Korean movies

Symbols in the Oscar-winning movie “Parasite”

In July 2019, I attended the movie “Parasite” premiere, which had just received the Palme d’Or at the Cannes Film Festival. That was the first screening of the film by South Korean movie director Bong Joon-ho in Ukraine, and it was shown in the Korean language with Ukrainian subtitles. Before the film’s start the director’s appeal to the audience was shown: “Please refrain from spoilers, so that those who have not yet seen the film, can fully appreciate it and get imbued with the plot.” I remember well this message and now it is just on point: if you haven’t watched “Parasite” yet, then I advise you to firstly watch the film, which received a huge number of awards, as well as 4 Oscars. Spoilers ahead!

The genre of the film is rather difficult to determine since there are elements of comedy, tragedy as well as a thriller. The term “tense social satire” most closely describes this film. I want to focus on one aspect in particular, the way Bong Joon-ho cleverly utilizes symbols and motifs to maximize the idea of the film, to represent the aspirational beliefs of the characters, as well as the truth they can’t escape.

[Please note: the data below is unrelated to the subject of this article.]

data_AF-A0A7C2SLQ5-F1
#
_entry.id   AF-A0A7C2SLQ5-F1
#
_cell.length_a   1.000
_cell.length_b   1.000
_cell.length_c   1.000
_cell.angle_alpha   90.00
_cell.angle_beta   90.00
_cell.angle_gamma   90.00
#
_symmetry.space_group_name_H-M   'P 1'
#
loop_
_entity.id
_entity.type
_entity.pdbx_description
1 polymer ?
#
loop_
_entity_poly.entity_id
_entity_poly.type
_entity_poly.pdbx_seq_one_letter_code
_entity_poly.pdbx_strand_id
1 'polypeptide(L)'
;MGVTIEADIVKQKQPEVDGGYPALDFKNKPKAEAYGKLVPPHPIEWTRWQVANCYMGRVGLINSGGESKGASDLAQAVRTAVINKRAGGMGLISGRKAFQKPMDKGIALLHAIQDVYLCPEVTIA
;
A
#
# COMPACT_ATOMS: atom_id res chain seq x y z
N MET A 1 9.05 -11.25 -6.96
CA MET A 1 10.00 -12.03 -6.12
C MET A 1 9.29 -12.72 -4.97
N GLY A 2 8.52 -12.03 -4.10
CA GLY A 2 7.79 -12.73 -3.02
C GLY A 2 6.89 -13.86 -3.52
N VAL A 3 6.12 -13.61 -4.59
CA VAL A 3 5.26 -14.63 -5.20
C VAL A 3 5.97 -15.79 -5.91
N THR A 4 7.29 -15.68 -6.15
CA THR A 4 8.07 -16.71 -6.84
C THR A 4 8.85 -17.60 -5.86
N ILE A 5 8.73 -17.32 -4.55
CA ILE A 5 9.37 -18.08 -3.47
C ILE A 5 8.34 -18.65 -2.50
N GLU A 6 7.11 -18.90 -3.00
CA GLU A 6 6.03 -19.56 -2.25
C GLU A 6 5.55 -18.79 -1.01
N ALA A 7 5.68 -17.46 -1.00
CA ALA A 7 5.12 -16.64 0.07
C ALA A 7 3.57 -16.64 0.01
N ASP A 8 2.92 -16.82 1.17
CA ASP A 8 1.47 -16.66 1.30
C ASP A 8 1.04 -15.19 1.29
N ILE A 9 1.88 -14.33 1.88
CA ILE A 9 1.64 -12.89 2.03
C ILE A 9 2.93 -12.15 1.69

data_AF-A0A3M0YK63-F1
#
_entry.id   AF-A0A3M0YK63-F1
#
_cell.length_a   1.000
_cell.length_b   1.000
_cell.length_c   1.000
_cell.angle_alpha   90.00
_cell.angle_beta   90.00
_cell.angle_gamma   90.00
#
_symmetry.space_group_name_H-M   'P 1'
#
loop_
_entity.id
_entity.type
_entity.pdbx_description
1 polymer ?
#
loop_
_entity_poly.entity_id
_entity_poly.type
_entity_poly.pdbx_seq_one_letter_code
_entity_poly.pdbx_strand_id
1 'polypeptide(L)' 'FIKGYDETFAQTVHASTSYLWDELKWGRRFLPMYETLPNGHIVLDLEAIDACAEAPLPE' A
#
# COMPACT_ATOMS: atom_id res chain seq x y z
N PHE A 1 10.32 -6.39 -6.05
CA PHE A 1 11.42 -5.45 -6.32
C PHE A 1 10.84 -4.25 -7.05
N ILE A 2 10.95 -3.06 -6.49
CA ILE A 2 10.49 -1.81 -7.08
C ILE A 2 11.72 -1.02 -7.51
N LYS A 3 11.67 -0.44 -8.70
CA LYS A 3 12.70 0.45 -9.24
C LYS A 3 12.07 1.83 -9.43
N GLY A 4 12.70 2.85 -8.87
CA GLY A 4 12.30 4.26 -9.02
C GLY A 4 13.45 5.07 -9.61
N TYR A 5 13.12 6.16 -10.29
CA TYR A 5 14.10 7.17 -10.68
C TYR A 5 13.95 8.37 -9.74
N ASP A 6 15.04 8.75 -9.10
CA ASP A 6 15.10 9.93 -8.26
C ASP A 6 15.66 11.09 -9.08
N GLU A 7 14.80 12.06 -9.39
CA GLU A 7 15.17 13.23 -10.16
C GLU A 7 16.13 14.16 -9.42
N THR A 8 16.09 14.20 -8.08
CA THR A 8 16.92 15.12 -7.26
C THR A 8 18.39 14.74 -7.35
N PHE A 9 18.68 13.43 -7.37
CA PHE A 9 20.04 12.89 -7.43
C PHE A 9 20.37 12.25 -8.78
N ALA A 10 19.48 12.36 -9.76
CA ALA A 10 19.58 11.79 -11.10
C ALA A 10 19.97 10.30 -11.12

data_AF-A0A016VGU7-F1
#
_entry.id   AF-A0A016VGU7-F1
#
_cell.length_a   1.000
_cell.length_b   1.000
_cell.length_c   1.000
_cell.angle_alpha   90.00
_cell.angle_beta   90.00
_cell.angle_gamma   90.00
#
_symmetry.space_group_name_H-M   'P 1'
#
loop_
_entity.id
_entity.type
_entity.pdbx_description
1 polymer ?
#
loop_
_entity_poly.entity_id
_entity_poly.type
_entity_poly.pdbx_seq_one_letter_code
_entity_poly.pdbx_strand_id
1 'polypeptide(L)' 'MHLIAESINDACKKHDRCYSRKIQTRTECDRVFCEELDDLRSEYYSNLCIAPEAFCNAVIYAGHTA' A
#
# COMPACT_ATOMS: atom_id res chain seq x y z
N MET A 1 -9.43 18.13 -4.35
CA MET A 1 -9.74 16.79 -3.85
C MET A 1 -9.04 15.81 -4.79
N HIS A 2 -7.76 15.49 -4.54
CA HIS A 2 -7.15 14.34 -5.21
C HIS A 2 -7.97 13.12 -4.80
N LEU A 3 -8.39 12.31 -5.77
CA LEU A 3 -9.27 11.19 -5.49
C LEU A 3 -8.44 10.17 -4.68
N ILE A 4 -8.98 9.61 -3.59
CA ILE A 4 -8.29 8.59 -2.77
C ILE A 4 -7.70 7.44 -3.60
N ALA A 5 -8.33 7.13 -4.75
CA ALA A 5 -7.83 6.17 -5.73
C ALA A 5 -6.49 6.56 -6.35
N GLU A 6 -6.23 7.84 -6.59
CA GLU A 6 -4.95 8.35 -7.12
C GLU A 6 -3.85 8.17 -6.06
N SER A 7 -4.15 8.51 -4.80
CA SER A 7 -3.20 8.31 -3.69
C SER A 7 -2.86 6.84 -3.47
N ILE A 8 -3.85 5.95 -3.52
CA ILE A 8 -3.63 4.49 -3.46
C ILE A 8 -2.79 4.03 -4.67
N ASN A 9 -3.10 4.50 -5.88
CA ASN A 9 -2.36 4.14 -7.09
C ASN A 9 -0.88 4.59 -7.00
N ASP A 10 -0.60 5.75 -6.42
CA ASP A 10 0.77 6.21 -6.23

“Symbols give you a hidden language that emotionally sways the audience.”

The viewing stone

“this is so metaphorical” / Photo: Alex Vashchuk

Suseok (수석), also called viewing stones or scholar’s stones, are rocks depicting a landscape. They are known as “gongshi” in China or as “suiseki” in Japan. The viewing stone appears throughout the whole movie. Shortly after the author introduces us to the poor Kim family, their son Ki-woo’s friend Min-hyuk pays them a visit. He brings them a gift – a viewing stone. “This stone here is said to bring material wealth to families”. The captions for Ki-woo’s response say “this is so metaphorical”. However, in the screenplay that line is written as “How perfect for us. Symbolic”. The movie director says that in the beginning of the story the rock represents Ki-woo’s beliefs that he is destined for a more successful future. He is willing to raise the social and material status of his family. Ki-woo is trying to imitate Min, his more successful friend. Min-hyuk disappears in the film after giving Ki-woo the rock, but the rock is sort of the remnant of his character.

«Gisaengchung» (Bong Joon-ho, 2019) / Photo: Chacun son Cinéma

When the film repeatedly brings the symbols back it becomes a motif. The rock became an interesting motif. At the beginning of the movie, after Ki-woo receives the stone, he starts taking bold actions to pursue his aspiration of wealth and status. He started tutoring the daughter of the rich Park family. The Kims were able to get settled and achieve some success. And we notice the stone several times, it appears more than once in the story. But I
would like to draw your attention to the appearance of the stone at a turning point in the plot.